September 29, 2010

The World's First Internet Television Unvieling by Sony on October 12

Get ready for more details on Google TV.

Sony has just dispatched an invitation for a New York City media event slated for October 12 that promises the introduction of "the world's first Internet Television." Sony's "Internet Television" is one of the first home video products that will include built-in support for Google TV, the new Web video service from the search giant that promises to integrate Google search and any Web-based Flash video directly into the TV.

The product was first announced at the Google I/O conference in May, and subsequently demoed at the IFA show in Germany earlier this month (see photos below). In addition to the Sony TV, there have been persistent rumors of a Google TV-enabled Sony Blu-ray player as well. The Sony products will compete with the Google TV-powered Logitech Revue set-top box, which is also scheduled to be released this fall.

CNET will be covering the October 12 event live, and we're hopeful that we'll be getting details on pricing and availability on Sony's products. For Sony and Google, it's certainly a case of the sooner, the better. These streaming TV products will be going head-to-head with the already refreshed Roku line, the soon-to-be-released Apple TV update, and the much-anticipated Boxee Box--not to mention Sony's own SMP-N100

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September 27, 2010

Happy Birthday Google

If you're wondering what that cake was for when you opened Google this morning, let us inform you that it was today, 12 years ago, that the company was born.

Founded then by two Phd students (now billionaires) Sergey Brin and Larry Page, the website is arguably the most common and most visited website on the planet. Google has since then "diversified" from being a search engine to becoming a mail provider (Gmail), photo sharing site (Picasa), maps service provider (Google Maps) and even social networking platforms (Orkut, Buzz). It is also now a big player in the mobile smart phone operating system segment with its Android OS which is fast becoming the OS of choice for many. It also has a Web Browser, Chrome and also an upcoming PC Operating System sharing the same name - Chrome OS.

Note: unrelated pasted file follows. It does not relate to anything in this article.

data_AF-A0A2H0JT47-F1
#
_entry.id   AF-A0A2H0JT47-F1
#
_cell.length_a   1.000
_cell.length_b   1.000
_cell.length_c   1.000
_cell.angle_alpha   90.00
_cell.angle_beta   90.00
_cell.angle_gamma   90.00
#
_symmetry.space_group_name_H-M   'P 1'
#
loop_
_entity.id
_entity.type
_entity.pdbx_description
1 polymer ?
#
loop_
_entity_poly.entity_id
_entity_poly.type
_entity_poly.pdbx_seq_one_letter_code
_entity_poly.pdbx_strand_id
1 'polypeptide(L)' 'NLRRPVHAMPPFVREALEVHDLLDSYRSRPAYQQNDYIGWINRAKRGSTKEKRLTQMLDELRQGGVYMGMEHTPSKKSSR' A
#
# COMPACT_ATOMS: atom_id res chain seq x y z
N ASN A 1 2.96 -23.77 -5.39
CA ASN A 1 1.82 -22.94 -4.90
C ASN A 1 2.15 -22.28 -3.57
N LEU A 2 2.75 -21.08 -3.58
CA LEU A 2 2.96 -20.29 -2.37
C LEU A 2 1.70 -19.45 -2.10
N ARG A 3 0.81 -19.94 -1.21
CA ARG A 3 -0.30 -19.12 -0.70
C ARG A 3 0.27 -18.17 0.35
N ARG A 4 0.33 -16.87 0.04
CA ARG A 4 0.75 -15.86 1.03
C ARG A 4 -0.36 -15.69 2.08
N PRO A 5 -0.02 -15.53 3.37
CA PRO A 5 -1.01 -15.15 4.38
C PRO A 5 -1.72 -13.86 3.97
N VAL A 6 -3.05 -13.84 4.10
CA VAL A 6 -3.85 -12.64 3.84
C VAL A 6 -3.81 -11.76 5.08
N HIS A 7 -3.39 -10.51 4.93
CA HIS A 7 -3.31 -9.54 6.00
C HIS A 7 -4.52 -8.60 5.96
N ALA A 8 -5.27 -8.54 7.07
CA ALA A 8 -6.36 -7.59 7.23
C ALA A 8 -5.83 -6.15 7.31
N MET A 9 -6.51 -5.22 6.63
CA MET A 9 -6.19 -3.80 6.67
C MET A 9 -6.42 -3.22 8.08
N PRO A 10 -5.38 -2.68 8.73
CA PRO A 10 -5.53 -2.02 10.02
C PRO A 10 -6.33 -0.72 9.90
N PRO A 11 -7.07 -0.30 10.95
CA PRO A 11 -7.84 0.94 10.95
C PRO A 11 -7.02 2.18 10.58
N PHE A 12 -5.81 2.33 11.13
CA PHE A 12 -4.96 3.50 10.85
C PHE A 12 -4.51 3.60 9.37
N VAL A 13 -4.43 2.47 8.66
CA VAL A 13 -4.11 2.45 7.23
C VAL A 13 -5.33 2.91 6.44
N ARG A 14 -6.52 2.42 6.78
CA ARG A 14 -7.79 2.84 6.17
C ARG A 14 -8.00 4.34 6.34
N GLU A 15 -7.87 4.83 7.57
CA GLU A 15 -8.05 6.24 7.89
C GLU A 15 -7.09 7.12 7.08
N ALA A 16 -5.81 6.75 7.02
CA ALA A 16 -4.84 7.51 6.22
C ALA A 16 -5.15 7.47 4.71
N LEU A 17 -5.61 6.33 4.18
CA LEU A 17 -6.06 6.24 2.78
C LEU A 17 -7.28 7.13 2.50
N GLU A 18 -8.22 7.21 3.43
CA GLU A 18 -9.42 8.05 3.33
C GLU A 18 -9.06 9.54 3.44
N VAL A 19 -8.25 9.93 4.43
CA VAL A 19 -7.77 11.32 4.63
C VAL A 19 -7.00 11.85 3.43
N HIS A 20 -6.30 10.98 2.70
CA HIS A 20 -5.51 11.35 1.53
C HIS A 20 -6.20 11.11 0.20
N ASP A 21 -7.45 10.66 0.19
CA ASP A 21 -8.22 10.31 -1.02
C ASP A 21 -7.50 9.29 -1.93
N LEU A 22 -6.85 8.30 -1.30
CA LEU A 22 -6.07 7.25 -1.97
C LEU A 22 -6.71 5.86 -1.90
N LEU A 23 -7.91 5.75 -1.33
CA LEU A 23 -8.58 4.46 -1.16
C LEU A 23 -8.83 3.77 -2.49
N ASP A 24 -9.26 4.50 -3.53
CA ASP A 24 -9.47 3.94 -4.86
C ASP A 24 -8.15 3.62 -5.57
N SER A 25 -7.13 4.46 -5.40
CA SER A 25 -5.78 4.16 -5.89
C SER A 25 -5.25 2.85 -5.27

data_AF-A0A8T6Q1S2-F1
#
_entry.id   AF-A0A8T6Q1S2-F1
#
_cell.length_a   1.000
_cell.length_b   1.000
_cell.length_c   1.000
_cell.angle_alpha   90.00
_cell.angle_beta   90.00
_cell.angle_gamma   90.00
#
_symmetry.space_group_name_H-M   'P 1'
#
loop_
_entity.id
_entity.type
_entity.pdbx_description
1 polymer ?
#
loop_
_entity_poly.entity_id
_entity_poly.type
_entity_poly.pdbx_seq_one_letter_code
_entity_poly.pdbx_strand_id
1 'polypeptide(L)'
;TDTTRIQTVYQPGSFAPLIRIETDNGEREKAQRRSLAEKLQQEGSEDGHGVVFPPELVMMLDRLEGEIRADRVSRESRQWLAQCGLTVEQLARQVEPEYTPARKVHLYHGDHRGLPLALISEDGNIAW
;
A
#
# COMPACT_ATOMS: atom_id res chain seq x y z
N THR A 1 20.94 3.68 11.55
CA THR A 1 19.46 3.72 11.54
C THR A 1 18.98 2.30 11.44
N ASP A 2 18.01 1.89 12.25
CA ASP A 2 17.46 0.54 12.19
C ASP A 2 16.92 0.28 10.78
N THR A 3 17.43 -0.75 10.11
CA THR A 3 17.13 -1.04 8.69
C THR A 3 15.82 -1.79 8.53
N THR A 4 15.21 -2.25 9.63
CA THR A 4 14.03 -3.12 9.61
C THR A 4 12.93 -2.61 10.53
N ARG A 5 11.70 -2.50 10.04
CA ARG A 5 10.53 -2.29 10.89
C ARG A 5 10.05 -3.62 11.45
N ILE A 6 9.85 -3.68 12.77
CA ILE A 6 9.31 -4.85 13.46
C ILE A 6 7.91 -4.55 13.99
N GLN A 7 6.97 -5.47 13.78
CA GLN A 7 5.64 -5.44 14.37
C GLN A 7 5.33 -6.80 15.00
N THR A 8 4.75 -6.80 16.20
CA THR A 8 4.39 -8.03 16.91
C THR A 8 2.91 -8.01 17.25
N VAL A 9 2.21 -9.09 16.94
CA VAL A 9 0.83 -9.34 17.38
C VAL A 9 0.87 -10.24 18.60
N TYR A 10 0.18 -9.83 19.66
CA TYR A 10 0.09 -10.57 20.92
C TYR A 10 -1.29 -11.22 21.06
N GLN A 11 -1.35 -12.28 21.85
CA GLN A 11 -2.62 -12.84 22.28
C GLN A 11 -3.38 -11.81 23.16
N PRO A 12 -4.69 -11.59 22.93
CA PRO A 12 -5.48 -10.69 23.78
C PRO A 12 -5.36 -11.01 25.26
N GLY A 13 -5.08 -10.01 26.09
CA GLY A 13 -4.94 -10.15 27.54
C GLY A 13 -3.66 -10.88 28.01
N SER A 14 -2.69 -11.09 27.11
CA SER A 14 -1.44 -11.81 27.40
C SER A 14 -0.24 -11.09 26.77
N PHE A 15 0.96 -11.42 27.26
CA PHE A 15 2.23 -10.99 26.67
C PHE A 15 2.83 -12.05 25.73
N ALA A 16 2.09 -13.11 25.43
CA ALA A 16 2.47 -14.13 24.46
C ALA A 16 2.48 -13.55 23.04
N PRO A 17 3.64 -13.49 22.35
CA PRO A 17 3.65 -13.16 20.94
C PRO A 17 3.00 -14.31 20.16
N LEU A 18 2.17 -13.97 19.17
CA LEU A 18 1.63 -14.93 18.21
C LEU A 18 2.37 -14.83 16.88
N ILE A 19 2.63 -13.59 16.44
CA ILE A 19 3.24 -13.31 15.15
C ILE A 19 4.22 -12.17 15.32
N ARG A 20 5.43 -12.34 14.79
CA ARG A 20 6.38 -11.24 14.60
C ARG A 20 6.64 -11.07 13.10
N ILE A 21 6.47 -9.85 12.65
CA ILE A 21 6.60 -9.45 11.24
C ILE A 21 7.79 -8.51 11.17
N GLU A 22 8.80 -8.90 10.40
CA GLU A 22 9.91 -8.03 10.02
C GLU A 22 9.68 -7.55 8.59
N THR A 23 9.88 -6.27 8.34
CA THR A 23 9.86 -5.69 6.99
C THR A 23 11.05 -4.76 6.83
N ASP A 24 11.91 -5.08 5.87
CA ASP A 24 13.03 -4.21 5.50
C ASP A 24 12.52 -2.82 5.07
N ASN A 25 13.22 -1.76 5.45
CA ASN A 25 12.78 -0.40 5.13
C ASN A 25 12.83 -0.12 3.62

Most of Google's services were roaring successes except for a few exceptions like Wave and even its latest social networking platform, the Buzz. Google had also released a mobile phone called the Google Nexus One (as if you don't know!) which did see moderate success.

As for the "actual" birthday of Google, the debate is still on as to what can be considered the real birthday of the site. The domain was registered on September 15, 1997 and in the past, Google has celebrated its birthday on September 7 and of late, mostly on September 27. The company seems to have more or less fixed September 27 as its "official birthday" and it could well be the way forward in the coming years.

Anyway, here's wishing Google a very happy birthday!  


Project 10^100 Winners

Thousands of people from more than 170 countries submitted over 150,000 ideas. Final list is out. Following are the projects which got funded by Google under Project 10^100.
Idea: Make educational content available online for free
Project funded: The Khan Academy is a non-profit educational organisation that provides high-quality, free education to anyone, anywhere via an online library of more than 1,600 teaching videos. We are providing $2 million to support the creation of more courses and to enable the Khan Academy to translate their core library into the world’s most widely spoken languages.
Idea: Enhance science and engineering education
Project funded: FIRST is a non-profit organisation that promotes science and maths education around the world through team competition. Its mission is to inspire young people to be science and technology leaders by giving them real-world experience of working with professional engineers and scientists. We are providing $3 million to develop and jump-start new student-driven robotics team fundraising programmes that will empower more student teams to participate in FIRST.
Idea: Make government more transparent
Project funded: Public.Resource.Org is a non-profit organisation focused on enabling online access to public government documents in the United States. We are providing $2 million to Public.Resource.Org to help bring legal materials of the United States online, so that they are accessible to all.
Idea: Drive innovation in public transport
Project funded: Shweeb is a concept for short-to-medium-distance, urban personal transport, using human-powered vehicles on a monorail. We are providing $1 million to fund research and development to test Shweeb’s technology for an urban setting.
Idea: Provide quality education to African students